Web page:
Mr ACN has steadily gained weight since admission ie for the last 2 years. It is unusual to observe such a sustained weight gain in a resident and therefore one has to question whether there is an underlying pathology.
Mr ACN’s diagnoses include chronic pain - nutritional factors that may be useful to consider in pain management include -
- vitamin D - current intervention may not be adequate to attain adequate range. Evidence indicates increasingly brittle pain control with decreasing vitamin D levels therefore advisable to monitor vitamin D levels on a regular basis; digoxin negatively impacts vitamin D status via inhibition of P-gp, and omeprazole negatively impacts vitamin D status via inhibition of BCRP;
- vitamin C - pain increases the reactive substances (formerly Reactive Oxygen Species) within cells. Vitamin C is important in quenching reactive substances and if there is insufficient vitamin C then cell status becomes compromised and the cells typically die which also causes pain. Advisable to consider a vitamin C intervention - the optimal intervention is 500 mg vitamin C/day (if more than 500 mg vitamin C administered at a time then the excess above 500 mg is not absorbed as the vitamin C transporters are overloaded). Vitamin C is not considered part of the pain management armament however it won't cause harm and evidence suggests it may confer benefit, especially since omeprazole negatively impacts vitamin C status by inhibiting its activation;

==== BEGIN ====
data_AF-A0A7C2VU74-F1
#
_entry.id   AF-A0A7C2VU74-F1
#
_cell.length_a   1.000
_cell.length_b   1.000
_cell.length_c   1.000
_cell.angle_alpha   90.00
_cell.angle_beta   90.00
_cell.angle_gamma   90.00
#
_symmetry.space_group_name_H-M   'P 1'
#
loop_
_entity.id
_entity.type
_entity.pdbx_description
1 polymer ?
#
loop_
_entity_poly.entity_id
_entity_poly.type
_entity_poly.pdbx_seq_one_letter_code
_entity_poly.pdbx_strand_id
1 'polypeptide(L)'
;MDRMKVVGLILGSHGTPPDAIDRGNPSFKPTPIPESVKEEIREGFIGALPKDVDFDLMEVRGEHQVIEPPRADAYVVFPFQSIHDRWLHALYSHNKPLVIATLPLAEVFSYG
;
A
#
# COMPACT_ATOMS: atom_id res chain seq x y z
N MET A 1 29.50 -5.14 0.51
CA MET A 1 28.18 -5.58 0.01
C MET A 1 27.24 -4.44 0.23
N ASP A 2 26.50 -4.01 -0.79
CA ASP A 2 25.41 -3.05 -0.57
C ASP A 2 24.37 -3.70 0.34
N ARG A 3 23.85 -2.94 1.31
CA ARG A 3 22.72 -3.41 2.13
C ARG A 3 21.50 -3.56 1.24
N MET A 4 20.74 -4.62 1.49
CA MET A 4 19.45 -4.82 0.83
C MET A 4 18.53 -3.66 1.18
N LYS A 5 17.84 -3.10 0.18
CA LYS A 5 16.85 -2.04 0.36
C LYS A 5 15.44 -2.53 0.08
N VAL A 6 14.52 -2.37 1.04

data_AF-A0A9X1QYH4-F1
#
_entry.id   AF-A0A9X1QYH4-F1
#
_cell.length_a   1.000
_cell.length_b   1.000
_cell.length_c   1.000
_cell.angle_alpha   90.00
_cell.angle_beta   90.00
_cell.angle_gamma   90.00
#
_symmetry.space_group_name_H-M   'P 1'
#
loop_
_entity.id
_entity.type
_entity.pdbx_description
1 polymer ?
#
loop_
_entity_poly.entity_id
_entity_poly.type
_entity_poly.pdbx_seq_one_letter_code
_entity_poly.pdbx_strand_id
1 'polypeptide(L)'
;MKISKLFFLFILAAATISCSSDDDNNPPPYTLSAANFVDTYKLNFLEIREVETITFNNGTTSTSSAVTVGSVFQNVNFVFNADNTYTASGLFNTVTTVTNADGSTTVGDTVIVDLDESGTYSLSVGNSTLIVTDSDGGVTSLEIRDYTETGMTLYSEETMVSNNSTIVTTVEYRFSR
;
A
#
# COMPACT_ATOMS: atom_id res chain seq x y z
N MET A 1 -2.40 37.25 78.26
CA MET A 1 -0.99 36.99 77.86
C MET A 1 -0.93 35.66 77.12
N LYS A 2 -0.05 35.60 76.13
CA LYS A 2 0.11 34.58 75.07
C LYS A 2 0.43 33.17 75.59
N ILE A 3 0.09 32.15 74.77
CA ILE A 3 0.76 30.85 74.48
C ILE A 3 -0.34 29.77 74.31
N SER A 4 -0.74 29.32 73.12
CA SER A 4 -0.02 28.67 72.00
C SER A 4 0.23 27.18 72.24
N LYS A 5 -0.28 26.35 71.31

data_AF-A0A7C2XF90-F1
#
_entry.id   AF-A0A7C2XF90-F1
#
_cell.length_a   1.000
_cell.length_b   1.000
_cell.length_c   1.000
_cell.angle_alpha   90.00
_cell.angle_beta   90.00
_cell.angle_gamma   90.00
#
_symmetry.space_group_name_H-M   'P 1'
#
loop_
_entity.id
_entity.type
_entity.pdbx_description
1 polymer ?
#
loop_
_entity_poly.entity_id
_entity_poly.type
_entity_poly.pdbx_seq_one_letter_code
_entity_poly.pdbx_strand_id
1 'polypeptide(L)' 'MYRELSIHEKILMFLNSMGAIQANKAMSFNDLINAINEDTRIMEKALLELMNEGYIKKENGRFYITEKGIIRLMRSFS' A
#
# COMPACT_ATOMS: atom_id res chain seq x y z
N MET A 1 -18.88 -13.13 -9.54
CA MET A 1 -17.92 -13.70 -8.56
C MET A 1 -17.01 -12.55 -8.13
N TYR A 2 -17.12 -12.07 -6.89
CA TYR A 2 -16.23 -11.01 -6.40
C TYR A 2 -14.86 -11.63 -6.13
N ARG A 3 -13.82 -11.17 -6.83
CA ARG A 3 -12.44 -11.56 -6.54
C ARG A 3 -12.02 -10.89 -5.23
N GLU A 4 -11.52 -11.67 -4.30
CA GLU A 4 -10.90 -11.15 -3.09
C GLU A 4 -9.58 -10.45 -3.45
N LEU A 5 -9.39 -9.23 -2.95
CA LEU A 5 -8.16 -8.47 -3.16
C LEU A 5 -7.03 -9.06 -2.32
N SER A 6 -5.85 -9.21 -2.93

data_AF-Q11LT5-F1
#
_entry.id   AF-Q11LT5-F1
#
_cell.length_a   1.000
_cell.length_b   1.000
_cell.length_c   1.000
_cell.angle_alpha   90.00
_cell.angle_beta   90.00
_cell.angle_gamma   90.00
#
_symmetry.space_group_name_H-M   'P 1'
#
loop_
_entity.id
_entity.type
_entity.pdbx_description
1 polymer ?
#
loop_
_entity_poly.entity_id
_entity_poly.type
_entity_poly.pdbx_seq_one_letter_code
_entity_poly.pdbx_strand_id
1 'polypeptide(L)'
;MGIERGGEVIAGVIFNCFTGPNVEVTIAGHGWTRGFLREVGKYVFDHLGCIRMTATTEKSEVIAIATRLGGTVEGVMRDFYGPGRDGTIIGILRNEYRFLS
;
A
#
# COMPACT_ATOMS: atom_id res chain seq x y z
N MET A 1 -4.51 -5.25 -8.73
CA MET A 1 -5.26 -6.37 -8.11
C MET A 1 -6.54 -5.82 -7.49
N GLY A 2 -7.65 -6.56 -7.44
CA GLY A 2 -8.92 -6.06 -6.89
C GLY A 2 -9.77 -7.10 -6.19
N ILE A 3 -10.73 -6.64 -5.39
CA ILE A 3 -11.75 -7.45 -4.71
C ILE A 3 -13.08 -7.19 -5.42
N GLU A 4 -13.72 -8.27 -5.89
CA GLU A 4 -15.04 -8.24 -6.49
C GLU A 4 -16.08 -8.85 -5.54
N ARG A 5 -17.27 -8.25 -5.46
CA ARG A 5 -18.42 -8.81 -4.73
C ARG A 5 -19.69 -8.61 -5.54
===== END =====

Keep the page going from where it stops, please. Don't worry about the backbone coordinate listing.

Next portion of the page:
- evidence indicates relief of neuropathic pain by thiamine, pyridoxine and cobalamin separately, and in combination there was a synergistic benefit – these 3 nutrients are negatively impacted by several drug-transporter interactions;
- vitamin K - has been found to suppress the inflammatory cytokines and NF-kappaB and prevent oxidative, hypoxic, ischemic injury to oligodendrocytes and neurons – vitamin K deficiency therefore results in classic expression of the inflammatory response and consequently pain; omeprazole negatively impacts vitamin K3 status via inhibition of BCRP;
- low B12 exacerbates elevated TNF- α which is an inflammatory response marker; elevation of the inflammatory response can include a pain response and currently prescribed omeprazole therefore advisable to check B12 status. There is disagreement between pathology ranges and research findings with regard to appropriate B12 levels with neuro-imaging research showing a direct causal link between B12 status and memory impairment. Omeprazole negatively impacts B12 status directly by altering gastric pH and thus absorption, and also by inhibiting P-gp.
The identified membrane transporters inhibit the absorption and/or organ and cellular uptake of thiamine, riboflavin, niacin (as NMN), pantothenic acid, pyridoxine, folic acid, B12, choline, carnitine, vitamin K3 and vitamin D which means blood test results are likely to indicate normal or elevated status whereas these nutrients may be in the blood because they are prevented from entering relevant organs and cells. Advisable for blood tests to be conducted several hours after administration of relevant prescribed medicines.
What else would you include?